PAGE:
- If you don’t have a job lined up, do you have the recommended AT LEAST six months of living expenses in your savings account? Some would recommend that you have even more during a global pandemic where unemployment is at an all-time high – it may take longer to find a new position.
- Do you have a safety net of family or friends that are willing and able to help you with your bills if you don’t have your regular paycheck? Would you be willing to put that burden on them so you can quit your job?
- Why aren’t you job searching if you are unhappy? Is it because the task seems daunting and the idea of interviewing right now makes you want to puke?
- What would your ideal job be and what would it take for you to go for it?
Many people claim they don’t like their job but they don’t know what to do next or even worse, don’t know what they WANT to do. To offer a little bit of tough love here: Well, then, that’s your job to figure it out. You can go on Reddit all you want, but no one else can tell you what is right for you.
Here are some ways to explore what may be an exciting career move for you or help you identify some areas that you need to learn more about in order to figure out where work will align with your skills, interests, and passions.
- Consider ordering the Design Your Life Workbook that provides writing prompts to help you figure out what it is that you are looking for in a job/career. You may also like the book Designing Your Work Life which is about “How to Thrive and Change and Find Happiness at Work”.
- Utilize design thinking to answer some of your questions. Make a diamond shape and in each of the four corners, write out the “Who” you want to be working with, “What” you’d like to be doing, “Where” you’d like to be, and “Why” you want to be there or doing that kind of work.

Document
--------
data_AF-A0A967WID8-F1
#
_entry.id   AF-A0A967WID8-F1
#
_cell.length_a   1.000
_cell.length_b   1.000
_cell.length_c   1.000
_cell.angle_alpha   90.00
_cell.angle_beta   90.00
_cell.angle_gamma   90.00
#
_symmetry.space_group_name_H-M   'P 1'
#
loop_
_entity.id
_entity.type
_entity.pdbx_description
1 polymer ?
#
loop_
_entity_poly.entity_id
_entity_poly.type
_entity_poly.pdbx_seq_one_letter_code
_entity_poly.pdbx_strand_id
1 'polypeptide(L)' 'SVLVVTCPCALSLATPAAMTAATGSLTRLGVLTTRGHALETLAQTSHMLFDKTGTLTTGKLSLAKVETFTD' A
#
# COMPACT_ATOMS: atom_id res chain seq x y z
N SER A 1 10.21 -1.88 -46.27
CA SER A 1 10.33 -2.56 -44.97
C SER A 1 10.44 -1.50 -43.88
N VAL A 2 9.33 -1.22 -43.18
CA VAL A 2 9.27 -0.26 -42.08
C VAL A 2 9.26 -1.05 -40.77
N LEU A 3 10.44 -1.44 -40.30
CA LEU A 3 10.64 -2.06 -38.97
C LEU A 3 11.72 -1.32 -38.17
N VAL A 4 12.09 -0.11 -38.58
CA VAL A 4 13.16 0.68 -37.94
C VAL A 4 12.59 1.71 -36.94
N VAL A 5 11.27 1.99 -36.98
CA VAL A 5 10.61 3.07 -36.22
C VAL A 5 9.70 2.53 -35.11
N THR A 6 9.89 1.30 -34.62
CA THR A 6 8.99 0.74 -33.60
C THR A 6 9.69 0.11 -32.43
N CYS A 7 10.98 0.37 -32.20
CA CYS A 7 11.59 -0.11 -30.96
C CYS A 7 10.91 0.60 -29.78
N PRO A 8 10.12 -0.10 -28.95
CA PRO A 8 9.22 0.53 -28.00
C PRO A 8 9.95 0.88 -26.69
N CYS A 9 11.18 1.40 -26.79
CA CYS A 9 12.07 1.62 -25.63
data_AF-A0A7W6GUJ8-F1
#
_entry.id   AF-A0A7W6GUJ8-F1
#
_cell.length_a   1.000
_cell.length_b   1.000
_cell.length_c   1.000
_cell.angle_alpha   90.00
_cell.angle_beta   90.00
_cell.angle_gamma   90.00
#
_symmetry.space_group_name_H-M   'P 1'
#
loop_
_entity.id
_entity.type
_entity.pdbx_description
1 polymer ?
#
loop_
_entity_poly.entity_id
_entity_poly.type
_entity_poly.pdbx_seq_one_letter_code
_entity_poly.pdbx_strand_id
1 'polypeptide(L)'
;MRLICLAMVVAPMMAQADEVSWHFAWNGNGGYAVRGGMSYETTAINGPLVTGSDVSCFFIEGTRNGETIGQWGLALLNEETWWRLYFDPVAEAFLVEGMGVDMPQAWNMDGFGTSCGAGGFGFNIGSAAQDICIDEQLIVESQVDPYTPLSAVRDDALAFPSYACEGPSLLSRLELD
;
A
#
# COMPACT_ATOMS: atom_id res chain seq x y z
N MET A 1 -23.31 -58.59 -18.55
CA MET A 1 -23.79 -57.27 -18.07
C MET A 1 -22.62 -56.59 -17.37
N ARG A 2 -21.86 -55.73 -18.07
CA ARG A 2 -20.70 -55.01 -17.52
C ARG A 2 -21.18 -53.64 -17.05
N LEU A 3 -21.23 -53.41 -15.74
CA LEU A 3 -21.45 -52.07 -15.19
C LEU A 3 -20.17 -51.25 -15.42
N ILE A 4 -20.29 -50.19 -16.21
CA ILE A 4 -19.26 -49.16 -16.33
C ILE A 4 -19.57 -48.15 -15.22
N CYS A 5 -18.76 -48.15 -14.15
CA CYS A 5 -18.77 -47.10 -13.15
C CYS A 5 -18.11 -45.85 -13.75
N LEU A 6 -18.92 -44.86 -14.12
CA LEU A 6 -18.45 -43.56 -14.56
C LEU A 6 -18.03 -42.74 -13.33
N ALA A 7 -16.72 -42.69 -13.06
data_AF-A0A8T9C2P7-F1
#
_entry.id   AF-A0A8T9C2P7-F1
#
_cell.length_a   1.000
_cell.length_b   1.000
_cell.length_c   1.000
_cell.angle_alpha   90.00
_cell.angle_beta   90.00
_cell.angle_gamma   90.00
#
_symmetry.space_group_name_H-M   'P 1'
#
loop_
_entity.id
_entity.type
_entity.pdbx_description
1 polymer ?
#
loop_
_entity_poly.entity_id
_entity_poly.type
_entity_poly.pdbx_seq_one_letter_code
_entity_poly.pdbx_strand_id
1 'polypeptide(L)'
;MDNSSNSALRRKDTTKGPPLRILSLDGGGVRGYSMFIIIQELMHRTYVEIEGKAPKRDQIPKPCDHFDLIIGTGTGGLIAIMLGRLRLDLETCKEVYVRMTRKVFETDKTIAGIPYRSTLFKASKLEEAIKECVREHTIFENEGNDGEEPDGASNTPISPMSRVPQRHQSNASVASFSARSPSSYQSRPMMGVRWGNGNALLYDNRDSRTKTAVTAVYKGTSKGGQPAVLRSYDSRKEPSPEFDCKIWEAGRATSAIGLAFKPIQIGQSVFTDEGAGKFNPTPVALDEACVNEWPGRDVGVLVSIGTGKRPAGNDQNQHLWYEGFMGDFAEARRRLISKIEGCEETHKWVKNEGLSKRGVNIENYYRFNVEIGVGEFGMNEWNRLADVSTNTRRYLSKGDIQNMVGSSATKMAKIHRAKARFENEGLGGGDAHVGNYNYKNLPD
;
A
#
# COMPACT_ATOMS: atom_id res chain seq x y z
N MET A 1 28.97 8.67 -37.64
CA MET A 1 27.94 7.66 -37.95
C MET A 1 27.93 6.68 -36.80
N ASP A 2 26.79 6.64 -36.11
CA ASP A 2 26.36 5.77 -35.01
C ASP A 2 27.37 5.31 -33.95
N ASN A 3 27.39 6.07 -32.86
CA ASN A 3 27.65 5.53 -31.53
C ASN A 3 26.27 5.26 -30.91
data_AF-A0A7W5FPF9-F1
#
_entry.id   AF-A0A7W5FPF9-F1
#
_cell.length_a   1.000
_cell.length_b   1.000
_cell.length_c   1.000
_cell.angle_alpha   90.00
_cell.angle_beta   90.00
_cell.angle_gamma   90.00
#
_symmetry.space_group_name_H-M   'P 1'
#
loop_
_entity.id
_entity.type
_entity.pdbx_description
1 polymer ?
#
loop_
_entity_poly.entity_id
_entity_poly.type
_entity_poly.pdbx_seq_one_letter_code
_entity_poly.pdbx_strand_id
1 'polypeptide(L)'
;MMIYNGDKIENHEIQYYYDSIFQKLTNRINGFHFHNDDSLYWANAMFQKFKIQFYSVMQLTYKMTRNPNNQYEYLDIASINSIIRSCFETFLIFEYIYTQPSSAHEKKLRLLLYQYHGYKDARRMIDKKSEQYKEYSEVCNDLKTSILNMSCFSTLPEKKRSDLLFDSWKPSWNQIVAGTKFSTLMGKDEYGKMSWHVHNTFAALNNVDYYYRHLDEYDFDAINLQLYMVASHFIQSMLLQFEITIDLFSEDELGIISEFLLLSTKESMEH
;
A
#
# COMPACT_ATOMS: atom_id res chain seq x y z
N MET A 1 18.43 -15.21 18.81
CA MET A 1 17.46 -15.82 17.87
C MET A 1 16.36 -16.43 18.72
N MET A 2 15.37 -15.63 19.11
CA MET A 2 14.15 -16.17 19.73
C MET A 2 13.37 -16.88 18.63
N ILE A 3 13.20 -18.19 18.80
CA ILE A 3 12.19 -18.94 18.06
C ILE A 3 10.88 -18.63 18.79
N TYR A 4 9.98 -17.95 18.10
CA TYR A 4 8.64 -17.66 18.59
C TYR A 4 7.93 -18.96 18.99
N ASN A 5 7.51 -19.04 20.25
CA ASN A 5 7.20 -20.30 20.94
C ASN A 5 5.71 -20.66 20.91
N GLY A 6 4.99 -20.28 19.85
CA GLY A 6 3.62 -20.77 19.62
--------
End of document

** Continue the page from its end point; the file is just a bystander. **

- Conduct informational interviews with people doing work that you think you might be interested in. Usually these conversations give you lots of interesting insights and either a green light to pursue something or validation that maybe that role isn’t right for you either.
- Get your resume updated. Sometimes just dusting off your resume, updating it, and making it ready gives you a feeling of relief that if you did really want to pursue a new job, you are almost ready. Consider updating your LinkedIn profile as well.
- Explore what you can do differently. A lot of what we can be frustrated about can be related to things out of our control. Consider exploring ways to work better with your team or how to grow to become invaluable. Tune in to Lindsey Pollak’s podcast, The Work Remix, where she gives great ideas on how to navigate working in current times where there are five generations in the workplace. There may be ways you need to adjust your communication style or tune in to emotional intelligence on how to better work with your supervisor or employees. Again, focus on what is within your control.
You may decide that you need to quit your job to be able to focus your energy on finding a better fit for you. But at the same time, be realistic. Most of us have to work to live. Everyone has bills, so you may continue working while you sort out some of the other factors to help you find a more exciting prospect. Either way, wishing you all the best on this journey, and the time and patience to allow you to figure it out.
New USPS duck-shaped truck design has mixed reactions
(OPINION / EDITORIAL) The USPS is getting a fleet of electronic delivery vehicles. We’re wondering if the actual design got lost in the mail.
So the USPS is getting new trucks and they look like ducks and maybe that sucks… or maybe it wucks. Like “works,” if a duck said it. Just give me this one please.
I don’t know how mean I can be here – there has to be something said for objective journalistic integrity – but I have a feeling most people are going to have a rather sarcastic reaction to the new design. I’m not so sure I can blame them – it has a kind of stubby little nose with a shortened hood and a boxy frame and super tall windshield, which gives the wheels a disproportionately large look compared to the rest of the silhouette. It’s sort of like a Nissan Cube but less millennial cool, which A) is discontinued (so maybe not so cool), and B) is not the car that had those giant hiphop hamsters running around, but I’m still going to link to it anyway.